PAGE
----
Shruti: “Okay, we had 100 webinar leads, now, what do we do? Let’s get our sales team to start calling them tomorrow. It always backfires.”

Lastly, what often goes unnoticed, particularly in many Indian SaaS companies, is the extent to which the pipeline in the US is developed by AEs themselves. Typically, around 20% of your pipeline will be cultivated by your account executives. Additionally, there are arrangements like SDR-AE pairings or pods. In certain scenarios, if the SDRs are embedded within your sales team, they might contribute to a significantly larger portion of your pipeline.

Outbound is the GTM channel when selling to enterprise

Shruti unequivocally reiterates what I have learned in my past conversations - if you are selling to enterprise customers in the US, outbound is the way to go. She does throw in a word or two of caution.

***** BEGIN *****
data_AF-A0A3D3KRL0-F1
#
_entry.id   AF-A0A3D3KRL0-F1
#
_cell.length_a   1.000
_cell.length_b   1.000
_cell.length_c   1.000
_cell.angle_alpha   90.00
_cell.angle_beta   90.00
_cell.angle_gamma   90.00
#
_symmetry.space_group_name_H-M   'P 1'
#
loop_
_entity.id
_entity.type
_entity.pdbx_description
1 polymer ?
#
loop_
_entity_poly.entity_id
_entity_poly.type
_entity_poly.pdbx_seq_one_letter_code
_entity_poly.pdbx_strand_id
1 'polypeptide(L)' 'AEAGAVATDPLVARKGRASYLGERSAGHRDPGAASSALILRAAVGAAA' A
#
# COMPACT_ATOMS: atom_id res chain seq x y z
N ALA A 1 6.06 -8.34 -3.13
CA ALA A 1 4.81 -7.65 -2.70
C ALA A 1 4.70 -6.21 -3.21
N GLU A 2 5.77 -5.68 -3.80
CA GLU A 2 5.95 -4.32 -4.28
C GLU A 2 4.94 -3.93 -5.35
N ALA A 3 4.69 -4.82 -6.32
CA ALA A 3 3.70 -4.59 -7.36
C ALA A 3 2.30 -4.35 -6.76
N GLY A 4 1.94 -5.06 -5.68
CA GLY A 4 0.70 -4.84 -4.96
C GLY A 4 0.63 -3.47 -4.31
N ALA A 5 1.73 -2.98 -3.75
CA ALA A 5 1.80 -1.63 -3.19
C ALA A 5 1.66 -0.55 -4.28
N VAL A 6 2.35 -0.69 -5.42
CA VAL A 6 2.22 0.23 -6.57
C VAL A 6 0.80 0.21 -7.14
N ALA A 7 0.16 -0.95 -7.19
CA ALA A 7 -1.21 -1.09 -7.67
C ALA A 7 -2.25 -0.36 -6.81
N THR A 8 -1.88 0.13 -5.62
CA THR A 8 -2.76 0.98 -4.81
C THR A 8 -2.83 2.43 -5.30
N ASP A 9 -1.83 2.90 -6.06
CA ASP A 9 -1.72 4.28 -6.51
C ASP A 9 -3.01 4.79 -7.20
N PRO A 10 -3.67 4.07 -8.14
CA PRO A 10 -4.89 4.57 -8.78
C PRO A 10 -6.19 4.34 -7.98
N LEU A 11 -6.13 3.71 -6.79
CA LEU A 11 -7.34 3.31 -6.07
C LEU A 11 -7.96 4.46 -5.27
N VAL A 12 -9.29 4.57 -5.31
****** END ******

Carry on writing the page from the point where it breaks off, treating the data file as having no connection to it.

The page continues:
Early-stage founders should know that outbound has a high drop-off rate as trust is low and the need is not fully qualified. You may be reaching out to somebody who is not in the buying cycle and is not actively evaluating. You’ll need to account for this low conversion rate when coming up with your pipeline coverage ratio - how many dollars of pipeline you need to generate to close $1 of ARR. 

Doing qualification upfront helps in weeding out non-ICP accounts.

Shruti: “So you could assess the suitability of your solution based on what is the size of the company, the profile of the buying team, some of their intent signals, etc.”

Contrary to what some people believe, Shruti says that outbound’s importance doesn’t reduce as you scale, and it remains a dominant channel.